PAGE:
Japanese technology group Murata Manufacturing's robots, the bike-riding Murata Boy (l.) and unicycling Murata Girl are seen. Electronic eyes made of ultrasonic sensors tell the robots when they are about to bump into something and their robotic brains help them change direction. The robots can be also be guided by humans using bluetooth technology found in phones and computers.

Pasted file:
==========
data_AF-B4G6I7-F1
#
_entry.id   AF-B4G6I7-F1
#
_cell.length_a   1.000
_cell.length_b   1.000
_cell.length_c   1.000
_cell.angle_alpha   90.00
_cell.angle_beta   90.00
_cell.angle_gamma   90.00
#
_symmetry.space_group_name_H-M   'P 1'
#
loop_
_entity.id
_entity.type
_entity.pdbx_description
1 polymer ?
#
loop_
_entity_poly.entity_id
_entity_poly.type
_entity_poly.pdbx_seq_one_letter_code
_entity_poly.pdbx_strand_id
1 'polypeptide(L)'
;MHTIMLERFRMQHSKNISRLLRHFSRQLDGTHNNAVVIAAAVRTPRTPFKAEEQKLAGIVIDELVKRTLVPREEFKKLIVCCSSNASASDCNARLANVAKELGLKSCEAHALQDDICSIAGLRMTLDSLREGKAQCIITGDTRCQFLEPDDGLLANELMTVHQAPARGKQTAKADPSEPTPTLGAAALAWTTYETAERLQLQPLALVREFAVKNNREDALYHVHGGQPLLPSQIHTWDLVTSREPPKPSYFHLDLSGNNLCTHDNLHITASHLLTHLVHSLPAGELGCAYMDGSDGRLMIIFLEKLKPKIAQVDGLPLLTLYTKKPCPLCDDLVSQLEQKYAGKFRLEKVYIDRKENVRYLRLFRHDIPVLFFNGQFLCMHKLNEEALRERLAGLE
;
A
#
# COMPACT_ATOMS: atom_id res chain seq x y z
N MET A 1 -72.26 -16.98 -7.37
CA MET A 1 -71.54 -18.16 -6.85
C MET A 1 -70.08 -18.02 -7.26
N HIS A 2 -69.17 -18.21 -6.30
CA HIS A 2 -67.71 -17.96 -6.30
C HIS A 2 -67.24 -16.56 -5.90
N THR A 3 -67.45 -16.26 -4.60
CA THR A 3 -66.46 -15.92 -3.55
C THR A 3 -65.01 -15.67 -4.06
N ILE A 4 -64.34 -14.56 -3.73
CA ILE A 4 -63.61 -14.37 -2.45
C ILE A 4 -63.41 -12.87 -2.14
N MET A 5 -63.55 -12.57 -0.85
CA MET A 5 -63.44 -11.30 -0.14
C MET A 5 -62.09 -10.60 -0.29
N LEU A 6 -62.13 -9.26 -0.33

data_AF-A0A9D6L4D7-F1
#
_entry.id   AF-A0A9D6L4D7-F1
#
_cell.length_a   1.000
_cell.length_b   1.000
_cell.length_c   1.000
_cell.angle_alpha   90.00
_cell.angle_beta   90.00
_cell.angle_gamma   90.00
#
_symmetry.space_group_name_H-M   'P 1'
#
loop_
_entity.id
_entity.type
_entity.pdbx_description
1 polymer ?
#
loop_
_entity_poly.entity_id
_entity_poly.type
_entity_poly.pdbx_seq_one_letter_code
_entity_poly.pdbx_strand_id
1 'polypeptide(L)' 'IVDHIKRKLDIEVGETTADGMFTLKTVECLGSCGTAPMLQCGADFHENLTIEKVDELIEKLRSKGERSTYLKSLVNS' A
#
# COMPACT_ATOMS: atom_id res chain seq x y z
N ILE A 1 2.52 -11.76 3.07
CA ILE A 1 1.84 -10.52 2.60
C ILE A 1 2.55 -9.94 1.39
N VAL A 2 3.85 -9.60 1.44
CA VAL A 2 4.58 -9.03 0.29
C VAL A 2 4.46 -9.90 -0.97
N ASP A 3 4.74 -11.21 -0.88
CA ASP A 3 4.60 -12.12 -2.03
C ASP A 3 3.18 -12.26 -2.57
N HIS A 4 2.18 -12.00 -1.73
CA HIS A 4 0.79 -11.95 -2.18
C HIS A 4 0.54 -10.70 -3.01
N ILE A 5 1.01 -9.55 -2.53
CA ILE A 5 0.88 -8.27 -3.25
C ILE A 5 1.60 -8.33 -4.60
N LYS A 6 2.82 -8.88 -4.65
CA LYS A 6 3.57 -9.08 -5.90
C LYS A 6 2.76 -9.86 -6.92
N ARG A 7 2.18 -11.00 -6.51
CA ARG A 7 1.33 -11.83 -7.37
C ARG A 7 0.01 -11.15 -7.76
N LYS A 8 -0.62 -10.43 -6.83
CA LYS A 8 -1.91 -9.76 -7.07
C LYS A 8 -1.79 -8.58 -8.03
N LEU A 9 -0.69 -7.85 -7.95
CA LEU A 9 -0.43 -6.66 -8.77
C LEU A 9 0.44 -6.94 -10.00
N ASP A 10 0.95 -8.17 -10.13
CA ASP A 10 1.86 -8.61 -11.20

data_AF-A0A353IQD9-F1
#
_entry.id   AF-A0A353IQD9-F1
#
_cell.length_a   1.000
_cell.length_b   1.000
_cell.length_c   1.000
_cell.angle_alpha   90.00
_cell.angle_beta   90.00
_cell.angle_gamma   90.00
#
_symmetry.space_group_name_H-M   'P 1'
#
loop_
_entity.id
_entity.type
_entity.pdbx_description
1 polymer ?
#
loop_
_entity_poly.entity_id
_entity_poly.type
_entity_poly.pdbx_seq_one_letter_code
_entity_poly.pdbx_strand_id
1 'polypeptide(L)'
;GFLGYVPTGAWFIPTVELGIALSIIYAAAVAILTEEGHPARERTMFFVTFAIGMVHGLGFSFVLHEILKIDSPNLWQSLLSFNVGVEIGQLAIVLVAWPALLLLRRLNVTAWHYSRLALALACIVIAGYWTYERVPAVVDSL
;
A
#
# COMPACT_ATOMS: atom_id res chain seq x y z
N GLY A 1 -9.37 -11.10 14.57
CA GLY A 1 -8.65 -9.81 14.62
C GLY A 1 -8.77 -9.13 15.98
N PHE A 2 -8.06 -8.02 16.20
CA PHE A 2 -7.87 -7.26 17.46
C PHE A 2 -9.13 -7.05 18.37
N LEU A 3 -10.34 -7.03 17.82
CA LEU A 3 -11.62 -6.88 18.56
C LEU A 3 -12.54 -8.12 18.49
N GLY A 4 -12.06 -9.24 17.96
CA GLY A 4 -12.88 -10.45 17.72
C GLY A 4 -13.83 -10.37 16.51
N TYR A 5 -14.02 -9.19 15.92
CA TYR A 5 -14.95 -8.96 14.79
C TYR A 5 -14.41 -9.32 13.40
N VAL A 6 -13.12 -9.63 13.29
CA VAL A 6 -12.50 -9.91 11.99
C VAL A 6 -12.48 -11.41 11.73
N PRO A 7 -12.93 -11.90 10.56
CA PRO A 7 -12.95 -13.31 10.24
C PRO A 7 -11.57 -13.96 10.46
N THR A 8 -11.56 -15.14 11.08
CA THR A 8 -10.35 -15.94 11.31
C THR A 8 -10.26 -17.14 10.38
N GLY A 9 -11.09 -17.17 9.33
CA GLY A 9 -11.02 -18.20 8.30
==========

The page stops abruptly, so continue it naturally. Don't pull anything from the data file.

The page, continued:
One Kenyan – like tens of thousands of fellow Africans in a new reverse brain drain – leaves a career in a foreign country for a sunny future back home. Developing nations are experiencing a 'brain gain' as the global recession makes their best and brightest see opportunity in places they once fled.